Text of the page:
Thursday, 9 March 2017

Spreadsheet Phil Gets His Boxes Mixed Up

And there was us thinking he was a safe pair of hands. The Chancellor Philip Hammond yesterday reneged on a manifesto pledge and increased the rate of National Insurance that the self employed pay.

The excuse for this, in addition to wanting to help balance the books - a laudable aim - is that the current system is unfair because those who are employed by employers and not responsible for their own national insurance and tax are paying more than the self employed. But then the self employed enjoy this advantage because they do not have the benefit of having an employer stand behind them, do not benefit from sick pay, holidays and the security that conventional employment gives. Their NIC advantage is actually only fair. Even if it weren't, wouldn't it be a better idea to cut taxes for the employed than raise them for the self-employed? Isn't that what a Tory ought to want to do?

Its good that the Chancellor is pursuing fiscal rectitude once again. I applaud him for that. But why do it on the backs of the self employed who are part of the reason the country has enjoyed a jobs miracle in recent years. This measure, though prima facie unfair anyway, could backfire on the government by increasing unemployment or at the very least lead to a reduction in the rate that unemployment falls, a measure that is already under pressure.

That the Chancellor decided to crack down on those who trade through personal service companies and pay themselves in dividends rather than in salary - this applies to me incidentally - is fair enough. This is an aggressive form of tax avoidance. But hitting national insurance contributions is a measure that will hit the legions of self employed who are often the just about managers that Theresa May said she wants to help.  The nation's white van men and women, delivery drivers, hairdressers, legions of artisans in the building trades and various others who are self employed will be hit. It doesn't even raise very much money.

And the fact that there has been such a boom in self employment is real, physical proof of a Conservative argument: that lower taxes stimulates economic activity and pushes more people into employment. Furthermore the self employed, because they are focused on the improvement of their lot through hard work and self reliance are natural Conservative voters. That ought to be the really winning argument. But Mr Hammond just sees them as a cost to the Exchequer, a classic case of Treasury groupthink. One cannot help being reminded of the previous parliament when Wallace (Ed Miliband) argued that the Government had, by cutting the top rate of tax, written a cheque to millionaires, thus fundamentally misunderstanding that it is not the Government's money, it is ours. Mr Hammond presumably agrees with Wallace.

Why is it, do we think, that the Government is happy to ditch one inconvenient manifesto pledge but is still stubbornly sticking to its idiotic pledge to spend 0.7% of GDP on foreign aid when it has been repeatedly demonstrated that this money is being wasted or spent on consultants and projects that few of us consider to be aid at all? If money needs to be found then it should be found from this budget and indeed the entire department of DFID could be subsumed into the Foreign Office saving millions. There is plenty of other waste that could and should be lopped off Whitehall departments full of career civil servants with low productivity but ultra secure pensions rather than hit the striving working and middle classes for the sin of being self employed, something that makes them entrepreneurial and strivers, something this Government should be encouraging.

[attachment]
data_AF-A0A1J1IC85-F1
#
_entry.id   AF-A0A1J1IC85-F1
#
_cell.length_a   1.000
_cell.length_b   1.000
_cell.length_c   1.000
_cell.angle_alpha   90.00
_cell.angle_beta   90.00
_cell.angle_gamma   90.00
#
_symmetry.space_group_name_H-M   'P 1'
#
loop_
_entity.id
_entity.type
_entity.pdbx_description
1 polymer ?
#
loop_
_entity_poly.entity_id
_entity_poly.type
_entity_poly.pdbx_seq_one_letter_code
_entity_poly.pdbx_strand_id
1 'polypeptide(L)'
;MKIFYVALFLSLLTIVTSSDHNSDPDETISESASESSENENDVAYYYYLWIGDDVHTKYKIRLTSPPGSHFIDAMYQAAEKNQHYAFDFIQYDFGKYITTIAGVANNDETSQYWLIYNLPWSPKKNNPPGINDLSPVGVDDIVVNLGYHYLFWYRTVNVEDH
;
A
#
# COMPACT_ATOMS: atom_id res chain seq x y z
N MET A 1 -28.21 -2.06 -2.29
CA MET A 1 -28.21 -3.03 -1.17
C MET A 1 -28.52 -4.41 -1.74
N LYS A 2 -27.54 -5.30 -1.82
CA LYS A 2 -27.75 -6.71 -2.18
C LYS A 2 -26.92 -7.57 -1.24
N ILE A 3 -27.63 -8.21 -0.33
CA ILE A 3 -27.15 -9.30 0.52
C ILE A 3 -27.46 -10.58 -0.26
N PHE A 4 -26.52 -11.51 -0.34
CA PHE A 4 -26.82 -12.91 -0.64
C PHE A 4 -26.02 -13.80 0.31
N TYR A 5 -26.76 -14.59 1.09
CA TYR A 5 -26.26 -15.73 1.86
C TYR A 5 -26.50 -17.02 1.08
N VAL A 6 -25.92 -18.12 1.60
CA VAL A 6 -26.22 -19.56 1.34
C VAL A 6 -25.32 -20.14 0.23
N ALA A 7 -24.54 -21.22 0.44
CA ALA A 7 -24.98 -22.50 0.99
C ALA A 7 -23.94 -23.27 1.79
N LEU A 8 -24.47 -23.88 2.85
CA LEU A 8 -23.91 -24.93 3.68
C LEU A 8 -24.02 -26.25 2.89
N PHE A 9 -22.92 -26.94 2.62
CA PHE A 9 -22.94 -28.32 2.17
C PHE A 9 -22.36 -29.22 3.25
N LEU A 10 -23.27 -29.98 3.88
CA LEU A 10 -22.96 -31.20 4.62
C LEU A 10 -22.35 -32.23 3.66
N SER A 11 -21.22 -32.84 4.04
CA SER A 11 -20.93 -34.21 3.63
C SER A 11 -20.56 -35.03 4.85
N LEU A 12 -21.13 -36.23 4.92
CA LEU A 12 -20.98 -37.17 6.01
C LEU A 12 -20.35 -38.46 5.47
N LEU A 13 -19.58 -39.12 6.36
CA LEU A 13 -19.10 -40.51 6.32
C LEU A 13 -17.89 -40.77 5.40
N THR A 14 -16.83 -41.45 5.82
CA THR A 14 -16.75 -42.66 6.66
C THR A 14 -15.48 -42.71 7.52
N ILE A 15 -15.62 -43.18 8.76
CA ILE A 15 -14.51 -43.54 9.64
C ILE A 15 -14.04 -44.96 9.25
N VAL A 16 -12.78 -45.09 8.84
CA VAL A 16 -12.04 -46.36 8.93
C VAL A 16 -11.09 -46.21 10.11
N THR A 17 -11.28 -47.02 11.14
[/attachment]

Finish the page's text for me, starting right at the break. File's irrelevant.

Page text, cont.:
It is good news that the national debt is now expected to start reducing as a percentage of GDP, the preferred measure for this rather than in pure cash terms. But this just disguises the fact that the national debt is still being added to at an alarming rate, even if that rate has thankfully diminished thanks to better than expected tax income. Next year however the deficit is expected to go back up again, although of course this may be another prediction that is revised. It remains important to get the deficit under control and this also is slowly, too slowly, being achieved. But this is a Conservative government that ought to be making our economy more competitive as we prepare for Brexit. It could and should be cutting taxes. Instead it has repeatedly raised them and introduced an increase in stamp duty that has caused our housing market to stall. So a measure to raise money has actually led to a decrease. You might have hoped that a Conservative government might have seen that coming and avoided a trap that Labour Chancellors usually fall into.

Many of us had hoped that Mr Hammond would be a reforming Chancellor in the mould of Nigel Lawson or Ken Clarke. There is still opportunity for him to be that, perhaps when he starts presenting his Budget in the autumn instead of the spring. But thus far that sensible reform is the only noteworthy measure he has introduced. The jokes were certainly good but the content left a lot to be desired.

The Chancellor should think again on his National Insurance measure and back down, lest he suffer the way that George Osborne did with his equally ill thought through pasty tax omnishambles. The papers today are utterly disastrous for the Chancellor and so unhappy Tory MPs may force him to. And they should as soon as possible.

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